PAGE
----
Will Wood and the Tapeworms -
Will Wood: Vocals, Keyboards
Mike Bottiglieri: Guitars, Vocals
Mario Conte: Drums
Matt Berger: Saxophones
Interview with Will Wood
Hillary Lewis: Why hello there, my dude! I am honored to have the opportunity to interview you, Mr. Will Wood of Will Wood and the Tapeworms fame. Listening and dancing to your tracks, I found phrases like "Santeria in Bedlam on Mardi Gras," "Saloon Polka Ball in the Twin Peaks Red Room," and "Claymation Horror Burlesque Carnival" coming to mind as the music and theatre delighted my senses. Your stylish disregard for convention and gushing font of creativity makes you wholly unique, and you are a truly talented artist, even further evidenced by your strong fan base. Well done! To begin, how did the group come together and form its identity from the band's earliest history through today?
Will Wood: Hard to say. There have been a few dozen "Tapeworms" since I first started calling people that. I yank poor buggers away from their personal lives by the throats, cram them into dank little rehearsal spaces and holler at them until I hear what I want to hear. I'm lucky to be able to say I'm working with some of the most talented musicians I've ever known right now. But like most things, any cohesive identity you detect is in your head. Brand continuity is not my strong suit.
H: You certainly have collaborated with these musicians to make extraordinary art! I'm sure if I had the talent or vision being screamed at in tiny basements would be pretty rad, haha. "Tapeworm" evokes a sort of, being-consumed-from-the-inside vibe. How did the band's name come to be, and how have you found your tapeworm cast over the years?
WW: The name "The Tapeworms" means nothing to me. We can talk about the potential symbolism of bowel-dwelling 20 foot parasites subsisting off stolen vitamins and body heat being a viable method of weight loss till we're blue in the face and red in the eye but I have no attachment to the words. They just happened.
And I've found instrumentalists in gutters, university rehearsal rooms, casinos and drug dens. Everywhere from under a dumpster in Alphabet City to under the rug in the foyer of a New Jersey heights McMansion. I stumble across odd people. I must put out a very specific vibration.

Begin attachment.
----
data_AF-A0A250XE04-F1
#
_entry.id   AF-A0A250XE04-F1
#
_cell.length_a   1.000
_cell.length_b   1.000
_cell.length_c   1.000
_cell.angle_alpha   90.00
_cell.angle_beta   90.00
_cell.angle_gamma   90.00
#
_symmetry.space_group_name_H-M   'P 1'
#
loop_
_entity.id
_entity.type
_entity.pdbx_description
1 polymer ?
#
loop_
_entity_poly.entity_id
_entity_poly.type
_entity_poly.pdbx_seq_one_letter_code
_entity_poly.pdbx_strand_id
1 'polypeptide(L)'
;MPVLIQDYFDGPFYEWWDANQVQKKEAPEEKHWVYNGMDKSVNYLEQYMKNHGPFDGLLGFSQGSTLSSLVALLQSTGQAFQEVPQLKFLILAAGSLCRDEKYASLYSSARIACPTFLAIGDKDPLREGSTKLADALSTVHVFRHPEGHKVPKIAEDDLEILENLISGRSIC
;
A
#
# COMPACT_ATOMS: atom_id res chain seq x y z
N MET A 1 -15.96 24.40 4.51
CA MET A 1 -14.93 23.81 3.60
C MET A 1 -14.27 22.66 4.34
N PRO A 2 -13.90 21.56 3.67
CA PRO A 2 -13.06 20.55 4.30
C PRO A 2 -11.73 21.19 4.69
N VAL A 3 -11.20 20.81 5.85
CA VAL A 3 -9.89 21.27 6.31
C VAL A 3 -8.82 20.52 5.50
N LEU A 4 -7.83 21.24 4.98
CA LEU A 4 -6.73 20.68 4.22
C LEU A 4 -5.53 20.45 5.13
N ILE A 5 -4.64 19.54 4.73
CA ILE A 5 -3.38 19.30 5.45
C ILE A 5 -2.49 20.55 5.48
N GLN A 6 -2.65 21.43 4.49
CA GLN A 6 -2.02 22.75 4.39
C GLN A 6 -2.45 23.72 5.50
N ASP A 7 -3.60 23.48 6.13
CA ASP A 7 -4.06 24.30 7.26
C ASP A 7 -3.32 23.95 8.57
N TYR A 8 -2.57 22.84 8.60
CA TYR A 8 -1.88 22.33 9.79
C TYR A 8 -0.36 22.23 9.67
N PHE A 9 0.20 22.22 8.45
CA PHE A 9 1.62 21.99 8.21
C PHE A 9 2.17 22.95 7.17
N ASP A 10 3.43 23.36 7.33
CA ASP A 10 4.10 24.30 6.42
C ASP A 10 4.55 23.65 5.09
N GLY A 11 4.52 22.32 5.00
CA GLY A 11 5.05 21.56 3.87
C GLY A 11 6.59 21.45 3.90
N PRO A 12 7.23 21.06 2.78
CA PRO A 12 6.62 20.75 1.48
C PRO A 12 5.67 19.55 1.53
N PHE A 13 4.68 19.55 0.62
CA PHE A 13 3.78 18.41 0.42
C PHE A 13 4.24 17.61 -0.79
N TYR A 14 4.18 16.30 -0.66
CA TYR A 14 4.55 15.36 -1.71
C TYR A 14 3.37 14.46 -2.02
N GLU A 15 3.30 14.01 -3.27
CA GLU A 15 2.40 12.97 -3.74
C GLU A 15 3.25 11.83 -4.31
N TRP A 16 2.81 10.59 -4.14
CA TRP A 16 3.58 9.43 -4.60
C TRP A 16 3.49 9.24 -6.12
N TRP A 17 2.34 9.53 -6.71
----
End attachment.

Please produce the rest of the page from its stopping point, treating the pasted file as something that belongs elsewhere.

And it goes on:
H: Haha fair enough, I won't look into the term too hard. And odd people can be the most inspired indeed! You mentioned "brand," albeit somewhat satirically. Yours is a stunning combination of the visual arts and music. Tell me first about the body paint, if you would. You've had a ton of looks, each unique and striking. What does the inclusion of body paint, face paint and makeup do for you?
WW: If I tell you, it stops working.
H: Yes, but I'd be remiss if I didn't ask - after all, who is the real Will Wood? Haha, regardless, I love it - we will continue to observe the magic. Your music combines a sort of flippant whimsy and raw emotional vulnerability; your lyrics involve taboo subjects, heartbreak - a number of deep and personal inner monologues. What inspires you/has inspired you to write?
WW: I studied Chinese literature and Jungian psychology at Yale, and developed an affinity for long nights at the library and the solitude and respite from regular chaos they provide. My circadian rhythm is essentially nonexistent now, so I drink black coffee and pore over stacks of shoplifted and overdue textbooks tangentially related to the concept I encounter through my continued self-education and inner exploration. Not to self-aggrandize, I flunked out of school when I discovered hallucinogens.
H: I sincerely credit you for your dedication to self-discovery and learning! Being curious, educated and passionate is not so popular in today's America.
You mentioned during one of your shows that someone pointed out a similarity in one of your melodies to another song. You countered that there are "only 12 notes" to do so much with, but I think your manipulation of those notes has been exquisite and different. When/how did you begin studying music? Were your college pursuits influential in the less-western scales you use?
WW: According to my stepmother, Elle, my home growing up in North Carolina was occupied by the spirit of my great-grandmothers (my great-grandfather conceived with a pair of conjoined twins who shared a uterus) and they played solo/duet piano for one of America's last true vaudeville troupes. Elle claimed that her grandmothers' spirit had insisted her firstborn would be a pianist. So she hired an elderly Ukrainian lady named Fadeyushka to come and whack my knuckles with a ruler until I could plunk out Stravinsky blindfolded. It didn't work, but it caused me to derive a Pavlovian sort of pleasure from the sound of minor harmonic and Hungarian minor scales.
H: Vaudeville indeed, whether by spiritual or literal inspiration. Praise be to Fadeyushka's teachings, if somewhat brutal! Those mournful scales and upbeat tempos make the music moving, as well as make people move to the music. You've become an incredibly talented pianist, among your many artistic expressions. Is there a particular way you go about writing music, or do you find time in front of the piano simply pulls the music from within you?
WW: Songs seem to all crawl out of some dark hole in the wall- some place I know is there but can’t see- and when I shine a light on it, it disappears. Somewhere I've been a thousand times but can never remember how to get back to. I just stumble across it when looking for something else.